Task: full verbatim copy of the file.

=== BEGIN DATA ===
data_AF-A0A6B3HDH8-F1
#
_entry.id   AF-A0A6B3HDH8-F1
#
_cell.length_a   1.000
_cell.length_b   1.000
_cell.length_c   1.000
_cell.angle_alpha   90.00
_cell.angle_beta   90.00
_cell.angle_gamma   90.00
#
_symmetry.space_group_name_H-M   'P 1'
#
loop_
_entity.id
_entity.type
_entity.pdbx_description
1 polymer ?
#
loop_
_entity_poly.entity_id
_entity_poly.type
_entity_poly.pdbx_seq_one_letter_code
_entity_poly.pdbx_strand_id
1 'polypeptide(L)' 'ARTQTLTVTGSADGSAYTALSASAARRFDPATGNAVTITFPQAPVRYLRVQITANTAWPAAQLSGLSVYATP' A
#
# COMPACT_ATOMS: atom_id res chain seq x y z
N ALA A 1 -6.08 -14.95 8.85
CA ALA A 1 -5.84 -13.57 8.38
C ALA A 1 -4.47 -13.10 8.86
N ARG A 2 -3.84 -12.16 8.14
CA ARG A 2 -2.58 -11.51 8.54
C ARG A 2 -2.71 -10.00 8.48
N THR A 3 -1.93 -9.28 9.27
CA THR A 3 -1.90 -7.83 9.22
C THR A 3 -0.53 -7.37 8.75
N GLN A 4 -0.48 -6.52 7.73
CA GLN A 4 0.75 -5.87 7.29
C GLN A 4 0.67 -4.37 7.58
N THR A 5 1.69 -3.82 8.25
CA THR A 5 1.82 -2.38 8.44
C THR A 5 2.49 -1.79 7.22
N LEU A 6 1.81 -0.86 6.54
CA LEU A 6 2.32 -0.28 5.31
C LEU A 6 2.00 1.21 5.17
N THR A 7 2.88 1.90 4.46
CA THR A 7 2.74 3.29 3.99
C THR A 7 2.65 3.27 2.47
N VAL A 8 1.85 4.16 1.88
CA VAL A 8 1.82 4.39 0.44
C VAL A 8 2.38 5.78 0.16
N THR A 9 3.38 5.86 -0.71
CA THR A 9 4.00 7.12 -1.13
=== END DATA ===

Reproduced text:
data_AF-A0A6B3HDH8-F1
#
_entry.id   AF-A0A6B3HDH8-F1
#
_cell.length_a   1.000
_cell.length_b   1.000
_cell.length_c   1.000
_cell.angle_alpha   90.00
_cell.angle_beta   90.00
_cell.angle_gamma   90.00
#
_symmetry.space_group_name_H-M   'P 1'
#
loop_
_entity.id
_entity.type
_entity.pdbx_description
1 polymer ?
#
loop_
_entity_poly.entity_id
_entity_poly.type
_entity_poly.pdbx_seq_one_letter_code
_entity_poly.pdbx_strand_id
1 'polypeptide(L)' 'ARTQTLTVTGSADGSAYTALSASAARRFDPATGNAVTITFPQAPVRYLRVQITANTAWPAAQLSGLSVYATP' A
#
# COMPACT_ATOMS: atom_id res chain seq x y z
N ALA A 1 -6.08 -14.95 8.85
CA ALA A 1 -5.84 -13.57 8.38
C ALA A 1 -4.47 -13.10 8.86
N ARG A 2 -3.84 -12.16 8.14
CA ARG A 2 -2.58 -11.51 8.54
C ARG A 2 -2.71 -10.00 8.48
N THR A 3 -1.93 -9.28 9.27
CA THR A 3 -1.90 -7.83 9.22
C THR A 3 -0.53 -7.37 8.75
N GLN A 4 -0.48 -6.52 7.73
CA GLN A 4 0.75 -5.87 7.29
C GLN A 4 0.67 -4.37 7.58
N THR A 5 1.69 -3.82 8.25
CA THR A 5 1.82 -2.38 8.44
C THR A 5 2.49 -1.79 7.22
N LEU A 6 1.81 -0.86 6.54
CA LEU A 6 2.32 -0.28 5.31
C LEU A 6 2.00 1.21 5.17
N THR A 7 2.88 1.90 4.46
CA THR A 7 2.74 3.29 3.99
C THR A 7 2.65 3.27 2.47
N VAL A 8 1.85 4.16 1.88
CA VAL A 8 1.82 4.39 0.44
C VAL A 8 2.38 5.78 0.16
N THR A 9 3.38 5.86 -0.71
CA THR A 9 4.00 7.12 -1.13